Angie Mercado was accompanied by her history teacher Christine Massaro, who authored this story to provide some perspective in these crazy times.
OLD TAPPAN -- Perspective. It’s something we all need a dose of every now and then, especially during this pandemic time. For a healthy dose of it, look no further than last Friday night’s football matchup between perennial playoff contenders and MetLife regulars Ridgewood and Old Tappan. On paper, it was a rematch of a league game that has become a date you circle on the calendar, and this rendition of the rivalry certainly didn’t disappoint (Old Tappan won 16-6).
Disappointment, however, has been a common sentiment throughout this pandemic-shortened season: disappointed parents who want more tickets to games for family members; disappointed students who don’t get to come watch their classmates compete in games; disappointed players, particularly seniors, who don’t get to showcase their talents in front of a packed student section of peers (remember what that was like?)
But what if you think about the fact that two seniors honored at Northern Valley/Old Tappan’s Senior Night, the ceremony for which took place before the Ridgewood game, had lost either one or both of their parents?
Would that enlighten you, as a parent, to just be happy that you get to see your kid play? Or you, as a student-athlete, that you get to play in front of your parents in person, even if your siblings and friends have to follow along via live-stream? Or you (and me) as a coach, that even though we won’t have “playoffs,” at least we have a league championship season for which to play?
Jamil Mouehla (6) lost his father in March. He also scored the winning TD on Senior Night in Old Tappan.
None of this is ideal in 2020, and I’m not here to minimize anyone’s feelings and losses; I’m fully aware that we have endured losses outside of sports, and within the sports world. The 2020 spring sports season was cancelled, which robbed seniors of their final season and juniors of their chance to showcase their talents for college coaches. That being said, Friday night was a good victory in the fight against the pandemic. Even if it didn’t make up for the loss of a spring season, it served as a reminder of what we have to be grateful for this fall.
Senior Night in Old Tappan was about gaining some perspective and being grateful that we even have a fall season of sports (minus volleyball, which we hope to see in February).
Last Friday night Jamil Moehla, an NVOT senior football player, scored the eventual winning touchdown that put his team ahead 13-6 in the waning minutes of the matchup against Ridgewood. On that same night, Angie Mercado, an NVOT senior cheerleader, cheered on her brother, Robert, who had multiple big plays on defense. Neither one of them complained about students missing in the bleachers, because in their hearts and minds, the people missing most won’t be back next season, or the season after that.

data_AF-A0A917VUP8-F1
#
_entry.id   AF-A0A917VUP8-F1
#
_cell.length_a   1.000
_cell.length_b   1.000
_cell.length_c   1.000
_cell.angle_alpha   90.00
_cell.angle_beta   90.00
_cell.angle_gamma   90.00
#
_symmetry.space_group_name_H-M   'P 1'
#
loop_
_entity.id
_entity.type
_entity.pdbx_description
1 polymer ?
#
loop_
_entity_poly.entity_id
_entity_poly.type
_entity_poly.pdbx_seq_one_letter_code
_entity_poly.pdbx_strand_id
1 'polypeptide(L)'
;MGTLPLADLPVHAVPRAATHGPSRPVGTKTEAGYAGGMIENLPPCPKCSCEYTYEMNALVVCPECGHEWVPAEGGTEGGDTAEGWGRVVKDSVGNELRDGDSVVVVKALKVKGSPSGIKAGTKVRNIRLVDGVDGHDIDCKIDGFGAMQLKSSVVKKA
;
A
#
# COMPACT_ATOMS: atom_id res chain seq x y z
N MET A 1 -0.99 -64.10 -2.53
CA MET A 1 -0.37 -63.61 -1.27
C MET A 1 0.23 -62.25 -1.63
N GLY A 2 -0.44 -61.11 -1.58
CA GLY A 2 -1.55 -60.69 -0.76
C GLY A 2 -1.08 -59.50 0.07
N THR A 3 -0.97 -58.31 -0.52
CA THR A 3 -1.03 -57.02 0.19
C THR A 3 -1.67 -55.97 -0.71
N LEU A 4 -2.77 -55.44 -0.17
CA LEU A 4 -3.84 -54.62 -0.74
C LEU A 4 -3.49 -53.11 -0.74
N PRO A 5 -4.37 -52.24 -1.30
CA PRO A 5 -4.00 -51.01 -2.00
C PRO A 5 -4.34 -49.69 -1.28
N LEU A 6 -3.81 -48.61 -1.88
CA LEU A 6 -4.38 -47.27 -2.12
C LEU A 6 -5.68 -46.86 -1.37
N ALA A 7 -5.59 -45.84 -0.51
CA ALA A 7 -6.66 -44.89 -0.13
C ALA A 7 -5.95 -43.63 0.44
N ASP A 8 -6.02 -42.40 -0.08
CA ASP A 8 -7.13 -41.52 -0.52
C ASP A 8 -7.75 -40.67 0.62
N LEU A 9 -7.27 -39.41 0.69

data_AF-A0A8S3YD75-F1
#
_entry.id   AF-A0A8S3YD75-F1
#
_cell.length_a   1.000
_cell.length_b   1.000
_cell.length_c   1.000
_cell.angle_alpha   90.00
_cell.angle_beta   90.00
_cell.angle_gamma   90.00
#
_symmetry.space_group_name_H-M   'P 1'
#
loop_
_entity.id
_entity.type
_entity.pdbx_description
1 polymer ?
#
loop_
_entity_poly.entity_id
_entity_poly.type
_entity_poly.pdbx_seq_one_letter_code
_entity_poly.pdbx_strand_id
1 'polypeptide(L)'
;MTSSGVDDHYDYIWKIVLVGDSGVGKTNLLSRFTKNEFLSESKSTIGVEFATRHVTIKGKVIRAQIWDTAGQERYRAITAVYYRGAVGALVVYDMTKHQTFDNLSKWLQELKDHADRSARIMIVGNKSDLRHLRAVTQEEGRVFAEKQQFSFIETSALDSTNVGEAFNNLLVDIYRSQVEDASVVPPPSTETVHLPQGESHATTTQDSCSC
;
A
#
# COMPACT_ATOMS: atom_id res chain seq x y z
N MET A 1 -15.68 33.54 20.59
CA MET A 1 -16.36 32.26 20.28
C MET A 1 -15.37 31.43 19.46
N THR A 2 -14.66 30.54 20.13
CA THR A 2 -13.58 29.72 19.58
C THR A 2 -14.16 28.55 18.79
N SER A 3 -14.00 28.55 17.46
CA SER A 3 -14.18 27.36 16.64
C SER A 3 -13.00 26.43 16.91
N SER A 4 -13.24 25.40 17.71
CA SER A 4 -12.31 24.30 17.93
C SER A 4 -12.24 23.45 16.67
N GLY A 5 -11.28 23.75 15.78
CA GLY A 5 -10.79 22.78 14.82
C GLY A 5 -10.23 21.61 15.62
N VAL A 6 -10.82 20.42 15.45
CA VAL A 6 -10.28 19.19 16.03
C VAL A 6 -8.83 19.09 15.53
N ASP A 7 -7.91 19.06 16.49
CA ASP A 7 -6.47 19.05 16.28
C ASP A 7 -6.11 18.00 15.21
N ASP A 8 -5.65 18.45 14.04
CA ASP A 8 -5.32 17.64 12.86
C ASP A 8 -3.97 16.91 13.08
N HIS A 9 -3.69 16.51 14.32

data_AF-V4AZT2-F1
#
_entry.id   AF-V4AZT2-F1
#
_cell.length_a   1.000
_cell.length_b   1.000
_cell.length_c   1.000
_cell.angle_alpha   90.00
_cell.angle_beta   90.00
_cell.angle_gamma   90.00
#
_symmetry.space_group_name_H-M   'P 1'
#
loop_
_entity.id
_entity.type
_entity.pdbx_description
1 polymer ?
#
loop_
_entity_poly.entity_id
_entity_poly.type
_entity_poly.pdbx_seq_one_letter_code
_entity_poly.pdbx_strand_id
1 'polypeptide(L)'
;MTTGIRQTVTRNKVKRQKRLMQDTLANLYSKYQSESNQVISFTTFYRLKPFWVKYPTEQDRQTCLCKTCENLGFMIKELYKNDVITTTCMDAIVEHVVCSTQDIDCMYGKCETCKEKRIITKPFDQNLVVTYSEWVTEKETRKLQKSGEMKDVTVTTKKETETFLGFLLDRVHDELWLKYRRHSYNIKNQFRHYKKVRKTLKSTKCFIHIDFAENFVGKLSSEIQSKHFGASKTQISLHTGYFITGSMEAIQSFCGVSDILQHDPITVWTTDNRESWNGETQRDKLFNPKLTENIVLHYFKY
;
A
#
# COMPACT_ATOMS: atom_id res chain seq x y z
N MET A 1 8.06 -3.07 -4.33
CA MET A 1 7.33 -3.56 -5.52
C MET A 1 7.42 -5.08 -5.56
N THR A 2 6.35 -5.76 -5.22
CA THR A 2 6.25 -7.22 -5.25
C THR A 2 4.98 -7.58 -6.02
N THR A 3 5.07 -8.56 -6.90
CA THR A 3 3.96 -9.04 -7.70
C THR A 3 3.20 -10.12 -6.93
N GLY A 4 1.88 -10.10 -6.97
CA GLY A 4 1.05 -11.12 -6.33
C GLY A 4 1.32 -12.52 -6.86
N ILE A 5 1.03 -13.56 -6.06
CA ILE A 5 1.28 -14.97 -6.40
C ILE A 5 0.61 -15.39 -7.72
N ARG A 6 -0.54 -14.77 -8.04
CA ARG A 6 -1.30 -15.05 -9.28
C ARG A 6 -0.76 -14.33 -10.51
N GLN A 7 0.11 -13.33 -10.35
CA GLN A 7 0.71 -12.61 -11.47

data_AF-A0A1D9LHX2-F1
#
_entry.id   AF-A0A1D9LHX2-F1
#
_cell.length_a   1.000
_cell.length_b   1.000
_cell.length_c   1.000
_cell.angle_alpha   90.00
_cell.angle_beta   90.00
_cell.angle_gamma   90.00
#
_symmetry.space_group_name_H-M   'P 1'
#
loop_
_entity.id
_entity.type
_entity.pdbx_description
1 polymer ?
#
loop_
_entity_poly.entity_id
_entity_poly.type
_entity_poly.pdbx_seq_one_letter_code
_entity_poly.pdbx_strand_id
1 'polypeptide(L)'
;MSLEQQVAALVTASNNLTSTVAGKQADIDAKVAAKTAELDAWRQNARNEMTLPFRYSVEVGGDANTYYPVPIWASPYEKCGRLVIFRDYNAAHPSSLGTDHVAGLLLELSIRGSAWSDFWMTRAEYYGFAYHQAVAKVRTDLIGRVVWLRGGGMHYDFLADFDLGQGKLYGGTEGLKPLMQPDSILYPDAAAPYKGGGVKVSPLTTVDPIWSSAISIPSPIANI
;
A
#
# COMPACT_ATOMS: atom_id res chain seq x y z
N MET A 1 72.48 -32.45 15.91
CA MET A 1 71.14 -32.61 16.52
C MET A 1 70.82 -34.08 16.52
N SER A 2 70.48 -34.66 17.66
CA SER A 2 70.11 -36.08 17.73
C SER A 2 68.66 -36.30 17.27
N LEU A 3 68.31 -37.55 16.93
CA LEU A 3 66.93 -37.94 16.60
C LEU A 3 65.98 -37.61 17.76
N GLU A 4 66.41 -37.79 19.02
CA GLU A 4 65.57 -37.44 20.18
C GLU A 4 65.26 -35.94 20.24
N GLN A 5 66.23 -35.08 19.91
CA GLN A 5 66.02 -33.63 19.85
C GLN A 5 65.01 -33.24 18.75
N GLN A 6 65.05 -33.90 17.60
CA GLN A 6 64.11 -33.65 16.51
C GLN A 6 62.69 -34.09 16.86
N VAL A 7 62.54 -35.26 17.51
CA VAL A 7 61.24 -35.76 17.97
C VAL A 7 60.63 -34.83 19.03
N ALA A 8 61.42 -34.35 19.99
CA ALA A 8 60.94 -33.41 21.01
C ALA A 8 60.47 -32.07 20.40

Jamil’s father passed away suddenly this past spring, and Angie endured the loss of both parents long before she even stepped on the NV/OT campus. These are unfathomable losses for young people to endure, and both Jamil and Angie have handled themselves with grace, grit, and gratitude.
To see Jamil score the go-ahead touchdown, and then run the entire sideline in a full sprint to have a solitary moment to bow his head and take in what had just happened and what it meant in real time and in the bigger picture, was nothing short of a Hollywood sports-movie-ending. The parents in the stands, especially Jamil and his brother Kamil’s mom, Khuraira Musa, erupted in applause and cheers for the young man who carried his team into the endzone, and carried the memory of his father with him down the sideline after.
The cheers were just as loud for Angie Mercado as she was announced on the field with her senior teammates before kickoff. For Angie, though, she didn’t have a parent to walk her out, like the other 16 senior football players and the other 11 senior cheerleaders.
She instead asked her brother, junior cornerback Robert, and myself, her history teacher, to walk her out. How about that for humbling?
On a night like tonight, a dose of humble pie and some perspective could do us all some good. Congratulations Jamil and Angie, and thank you for the fine example you set for all us and for providing us with some perspective.
Christine Massaro is a faculty member and assistant girls basketball coach at Northern Valley/Old Tappan High School.
TO BUY A COLLECTOR'S PRINT OF THIS STORY PLEASE VISIT 4-FeetGrafix.com.